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Posted on Jun 2, 2017

Three Things to Know Before Agreeing to a Mortgage

Because moving and buying a home can be time-consuming and stressful, it can be tempting to rush into a mortgage to get the process over with as quickly as possible. However, a mortgage is an important commitment, and there are a couple key concepts you should understand before signing the dotted line.

Luckily, you don’t need to be a mortgage lender to understand your contract, and the most important mortgage concepts are relatively simple once you grasp the basics. Below, we cover the basics of interest rates, adjustable rate mortgages vs. fixed rate mortgages, and points to give you a better idea what to expect when you prepare to agree to your first mortgage.

What’s My Interest Rate?

Saying your mortgage’s interest rate is pretty important is an understatement, as the interest rate you agree to can dramatically affect the final price tag of your home. It’s surprising, then, that roughly 30% of the country’s homeowners have admitted to not knowing what their interest rate is. Even a slight difference in interest rate levels–say, 4% rather than 4.5%–can save you hundreds of dollars a year and thousands of dollars over your mortgage’s lifespan. As such, it’s imperative that you know exactly what interest rate you’re agreeing to, as it’s going have significant influence on what you pay each month down the road.

That’s why it’s also important to know what the average interest rates are when you’re looking for a home in the first place. While interest rates are constantly fluctuating, and while you’re not guaranteed to get the average mortgage interest rate, you should still be aware of general mortgage rate trends. That way, you can at least prepare yourself with a rough estimate of what kind of interest rate you might agree to. On that note, it’s worth mentioning that fixed rate mortgage interest rates are at historical lows (the average was hovering around 4.13% as of Thursday, May 25), so locking one in now could result in major savings.


Speaking of which, another important detail to acquaint yourself with is the difference between an adjustable and a fixed rate mortgage. When you agree to an adjustable rate mortgage (called an ARM for short), your interest rate will adjust in the future according to how interest rates change. An fixed rate mortgage (or FRM), on the other hand, is guaranteed to stay the same during the entire lifetime of your loan.

If you value consistency and predictability, an FRM is always a safe choice, as it’s never going to change. Alternatively, an ARM can be a bit of a gamble, although it’s not necessarily a bad thing. One of the benefits of an ARM is that it often starts as a lower rate than the average FRM, and this initial rate is usually guaranteed for about five years. However, an ARM will adjust at some point. It could go down if that’s how average rates are trending, but it could increase, too. A mortgage contract should specify when an ARM can start adjusting, as well as how often it can adjust and what the maximum rate is.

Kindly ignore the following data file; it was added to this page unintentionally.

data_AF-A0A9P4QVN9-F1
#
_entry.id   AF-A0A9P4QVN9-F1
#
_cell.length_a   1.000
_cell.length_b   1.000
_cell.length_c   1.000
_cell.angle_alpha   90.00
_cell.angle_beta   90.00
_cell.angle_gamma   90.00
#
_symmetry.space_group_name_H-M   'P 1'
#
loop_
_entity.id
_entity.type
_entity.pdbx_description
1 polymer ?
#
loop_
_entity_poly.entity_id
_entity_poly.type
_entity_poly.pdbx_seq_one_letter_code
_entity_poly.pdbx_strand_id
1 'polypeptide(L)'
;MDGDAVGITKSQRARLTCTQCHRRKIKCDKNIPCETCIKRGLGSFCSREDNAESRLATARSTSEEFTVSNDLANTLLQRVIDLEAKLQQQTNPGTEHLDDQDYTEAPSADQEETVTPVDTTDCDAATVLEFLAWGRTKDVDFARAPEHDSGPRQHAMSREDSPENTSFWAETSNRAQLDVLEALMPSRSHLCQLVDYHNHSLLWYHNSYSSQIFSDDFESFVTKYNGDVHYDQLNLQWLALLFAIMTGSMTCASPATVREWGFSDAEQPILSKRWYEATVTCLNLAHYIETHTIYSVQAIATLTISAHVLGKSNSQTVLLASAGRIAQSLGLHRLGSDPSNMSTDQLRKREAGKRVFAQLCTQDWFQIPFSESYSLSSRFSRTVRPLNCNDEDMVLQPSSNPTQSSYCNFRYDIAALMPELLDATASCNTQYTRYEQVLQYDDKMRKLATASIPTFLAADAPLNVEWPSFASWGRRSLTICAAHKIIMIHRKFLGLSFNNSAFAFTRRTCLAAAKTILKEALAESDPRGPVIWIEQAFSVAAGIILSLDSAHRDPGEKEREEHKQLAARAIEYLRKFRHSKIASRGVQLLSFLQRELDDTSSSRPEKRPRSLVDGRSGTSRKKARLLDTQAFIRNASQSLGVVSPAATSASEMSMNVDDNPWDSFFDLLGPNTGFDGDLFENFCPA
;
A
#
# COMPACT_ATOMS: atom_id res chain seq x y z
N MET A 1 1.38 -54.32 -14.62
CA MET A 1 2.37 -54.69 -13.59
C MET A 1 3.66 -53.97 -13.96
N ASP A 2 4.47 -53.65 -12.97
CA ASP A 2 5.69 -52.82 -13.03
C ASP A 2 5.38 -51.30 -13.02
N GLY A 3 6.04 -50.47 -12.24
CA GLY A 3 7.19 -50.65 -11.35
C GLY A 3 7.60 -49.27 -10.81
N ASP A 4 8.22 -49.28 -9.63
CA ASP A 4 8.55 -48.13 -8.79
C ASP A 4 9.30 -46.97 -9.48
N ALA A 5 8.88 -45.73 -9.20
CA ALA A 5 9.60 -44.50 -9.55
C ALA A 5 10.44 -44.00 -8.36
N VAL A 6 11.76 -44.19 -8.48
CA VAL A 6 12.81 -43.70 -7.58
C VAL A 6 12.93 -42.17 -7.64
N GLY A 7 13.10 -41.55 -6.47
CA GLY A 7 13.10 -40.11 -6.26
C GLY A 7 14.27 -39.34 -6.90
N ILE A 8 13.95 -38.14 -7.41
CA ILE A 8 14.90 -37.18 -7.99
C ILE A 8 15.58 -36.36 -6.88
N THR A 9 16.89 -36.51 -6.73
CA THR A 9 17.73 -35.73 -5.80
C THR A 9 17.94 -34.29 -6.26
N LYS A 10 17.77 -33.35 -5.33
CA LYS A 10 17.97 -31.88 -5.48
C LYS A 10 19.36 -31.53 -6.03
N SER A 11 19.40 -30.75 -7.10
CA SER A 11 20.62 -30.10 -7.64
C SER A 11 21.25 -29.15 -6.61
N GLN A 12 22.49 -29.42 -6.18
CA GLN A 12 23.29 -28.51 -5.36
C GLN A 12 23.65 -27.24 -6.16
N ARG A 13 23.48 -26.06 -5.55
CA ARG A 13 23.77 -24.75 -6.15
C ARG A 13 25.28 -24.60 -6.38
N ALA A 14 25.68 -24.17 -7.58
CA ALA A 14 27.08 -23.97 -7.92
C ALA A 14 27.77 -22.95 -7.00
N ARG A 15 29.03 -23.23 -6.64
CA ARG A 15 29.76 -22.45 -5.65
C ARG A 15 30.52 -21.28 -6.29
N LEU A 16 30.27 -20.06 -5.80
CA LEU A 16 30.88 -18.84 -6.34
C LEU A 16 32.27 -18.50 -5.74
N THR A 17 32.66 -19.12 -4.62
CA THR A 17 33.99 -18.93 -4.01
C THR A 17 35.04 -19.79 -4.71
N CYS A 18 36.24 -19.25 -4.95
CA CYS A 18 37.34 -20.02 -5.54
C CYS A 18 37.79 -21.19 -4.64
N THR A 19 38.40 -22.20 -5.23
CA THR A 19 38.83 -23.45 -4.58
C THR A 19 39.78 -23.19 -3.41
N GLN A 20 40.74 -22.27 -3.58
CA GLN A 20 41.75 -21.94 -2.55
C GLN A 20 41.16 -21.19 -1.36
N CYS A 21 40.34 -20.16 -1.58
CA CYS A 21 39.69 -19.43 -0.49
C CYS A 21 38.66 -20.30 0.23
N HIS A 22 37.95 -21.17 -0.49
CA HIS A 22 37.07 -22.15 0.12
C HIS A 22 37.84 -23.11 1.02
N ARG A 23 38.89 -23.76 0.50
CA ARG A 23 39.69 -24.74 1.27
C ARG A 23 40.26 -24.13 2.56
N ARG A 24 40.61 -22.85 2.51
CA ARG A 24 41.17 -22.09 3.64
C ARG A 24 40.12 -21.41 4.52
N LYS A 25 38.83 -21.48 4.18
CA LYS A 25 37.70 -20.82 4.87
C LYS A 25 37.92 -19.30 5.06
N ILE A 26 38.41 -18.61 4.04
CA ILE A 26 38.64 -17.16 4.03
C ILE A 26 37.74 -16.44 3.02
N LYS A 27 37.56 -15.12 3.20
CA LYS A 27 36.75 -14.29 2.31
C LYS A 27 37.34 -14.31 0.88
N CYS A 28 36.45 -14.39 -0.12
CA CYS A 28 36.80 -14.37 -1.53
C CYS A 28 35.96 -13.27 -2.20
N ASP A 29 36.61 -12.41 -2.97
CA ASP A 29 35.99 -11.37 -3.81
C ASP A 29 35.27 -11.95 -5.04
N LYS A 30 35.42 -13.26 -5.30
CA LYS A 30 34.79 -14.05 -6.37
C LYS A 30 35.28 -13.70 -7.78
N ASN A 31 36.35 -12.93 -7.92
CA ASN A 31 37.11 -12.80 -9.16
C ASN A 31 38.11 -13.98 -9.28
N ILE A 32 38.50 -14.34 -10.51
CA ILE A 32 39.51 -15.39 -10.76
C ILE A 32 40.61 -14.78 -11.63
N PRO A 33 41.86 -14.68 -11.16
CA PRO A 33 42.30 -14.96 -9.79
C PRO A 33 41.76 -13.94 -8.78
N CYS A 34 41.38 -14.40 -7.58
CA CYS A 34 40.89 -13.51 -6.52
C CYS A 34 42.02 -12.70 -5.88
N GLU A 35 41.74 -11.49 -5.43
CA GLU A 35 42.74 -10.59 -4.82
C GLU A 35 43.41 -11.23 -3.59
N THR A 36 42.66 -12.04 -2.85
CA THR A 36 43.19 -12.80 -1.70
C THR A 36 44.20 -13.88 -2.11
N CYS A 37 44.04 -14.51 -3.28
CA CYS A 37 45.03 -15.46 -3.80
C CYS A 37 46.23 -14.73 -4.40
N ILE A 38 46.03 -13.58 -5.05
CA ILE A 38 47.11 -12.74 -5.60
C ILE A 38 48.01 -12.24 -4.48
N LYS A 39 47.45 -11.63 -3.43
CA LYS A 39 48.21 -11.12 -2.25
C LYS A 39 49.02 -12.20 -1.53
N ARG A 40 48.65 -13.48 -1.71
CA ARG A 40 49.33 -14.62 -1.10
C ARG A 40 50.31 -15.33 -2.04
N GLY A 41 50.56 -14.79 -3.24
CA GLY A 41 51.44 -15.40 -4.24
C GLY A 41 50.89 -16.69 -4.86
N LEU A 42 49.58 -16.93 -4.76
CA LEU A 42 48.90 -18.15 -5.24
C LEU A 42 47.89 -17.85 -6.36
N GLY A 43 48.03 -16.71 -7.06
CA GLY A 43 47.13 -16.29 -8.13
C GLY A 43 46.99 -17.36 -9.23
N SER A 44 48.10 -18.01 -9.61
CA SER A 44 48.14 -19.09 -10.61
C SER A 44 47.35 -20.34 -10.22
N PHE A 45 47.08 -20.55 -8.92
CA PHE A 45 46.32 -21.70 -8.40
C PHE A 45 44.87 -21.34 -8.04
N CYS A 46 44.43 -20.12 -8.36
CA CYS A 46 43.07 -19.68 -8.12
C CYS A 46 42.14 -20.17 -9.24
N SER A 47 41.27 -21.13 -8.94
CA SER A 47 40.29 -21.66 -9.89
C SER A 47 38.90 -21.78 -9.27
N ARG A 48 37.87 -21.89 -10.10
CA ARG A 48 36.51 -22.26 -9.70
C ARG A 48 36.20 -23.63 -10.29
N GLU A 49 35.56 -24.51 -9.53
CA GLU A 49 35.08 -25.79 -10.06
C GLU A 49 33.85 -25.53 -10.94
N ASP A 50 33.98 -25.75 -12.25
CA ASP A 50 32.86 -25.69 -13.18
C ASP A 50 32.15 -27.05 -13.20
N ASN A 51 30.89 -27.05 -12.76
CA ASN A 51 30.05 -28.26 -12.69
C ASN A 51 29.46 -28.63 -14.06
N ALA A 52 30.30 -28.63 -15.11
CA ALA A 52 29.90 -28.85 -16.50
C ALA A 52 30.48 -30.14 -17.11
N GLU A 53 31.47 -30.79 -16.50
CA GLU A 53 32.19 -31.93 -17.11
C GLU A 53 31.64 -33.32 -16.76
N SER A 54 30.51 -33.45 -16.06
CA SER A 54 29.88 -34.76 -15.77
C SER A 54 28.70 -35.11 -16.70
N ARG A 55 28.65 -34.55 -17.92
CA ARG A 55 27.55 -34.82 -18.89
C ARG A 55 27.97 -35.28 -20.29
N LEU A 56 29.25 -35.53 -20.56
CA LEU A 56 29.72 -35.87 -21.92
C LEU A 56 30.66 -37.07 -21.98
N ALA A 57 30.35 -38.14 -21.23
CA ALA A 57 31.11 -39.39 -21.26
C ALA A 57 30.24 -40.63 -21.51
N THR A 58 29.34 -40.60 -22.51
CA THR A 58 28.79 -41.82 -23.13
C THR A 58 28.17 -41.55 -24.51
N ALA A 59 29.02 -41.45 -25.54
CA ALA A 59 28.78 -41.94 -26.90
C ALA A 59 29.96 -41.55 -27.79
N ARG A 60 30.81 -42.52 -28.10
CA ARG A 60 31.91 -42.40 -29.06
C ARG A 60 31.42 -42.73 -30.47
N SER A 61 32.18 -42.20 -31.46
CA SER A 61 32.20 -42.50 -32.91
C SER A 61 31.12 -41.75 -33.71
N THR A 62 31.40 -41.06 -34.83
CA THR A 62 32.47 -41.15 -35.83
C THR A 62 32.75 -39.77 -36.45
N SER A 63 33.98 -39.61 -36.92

It’s important to understand how your ARM will work before agreeing to it. Alternatively, it’s good to know that, if you can qualify for a decent FRM, and if you’re planning to stay in your home for a prolonged length of time, it might be worth going with the rate that will stay the same. In any case, it’s important to decide what works best for you and weigh your options carefully before coming to the mortgage contract.


When considering interest rates, it’s also worth considering whether or not you want to pay for points. In mortgage terms, a point is essentially prepaid interest, and buying them allows you to “buy” a lower interest rate for your loan. Generally, points cost about $1,000 for every $100,000 you borrow, and one point will usually lower your overall interest rate by .25%.

While that decrease might not seem significant, remember that even reducing your interest rate by a quarter of a point can save you thousands of dollars over the lifetime of your loan. That said, getting points does result in more money paid upfront, which might be trying for some buyers. The good news is that points aren’t mandatory, so you’re free to decide if you have the resources to invest in them, and if buying them would benefit you in the long run.

This list is by no means exhaustive, and there’s plenty more to take into account before you agree to a mortgage. Still, these concepts are some of the biggest things to understand about a mortgage, and having a basic grasp of them will increase your confidence when approaching a mortgage and make the process more manageable.

To lock down your perfect mortgage agreement, contact Pickett Street at, or contact Cody Touchette, MLO # 83216, Pickett Street’s preferred lender.

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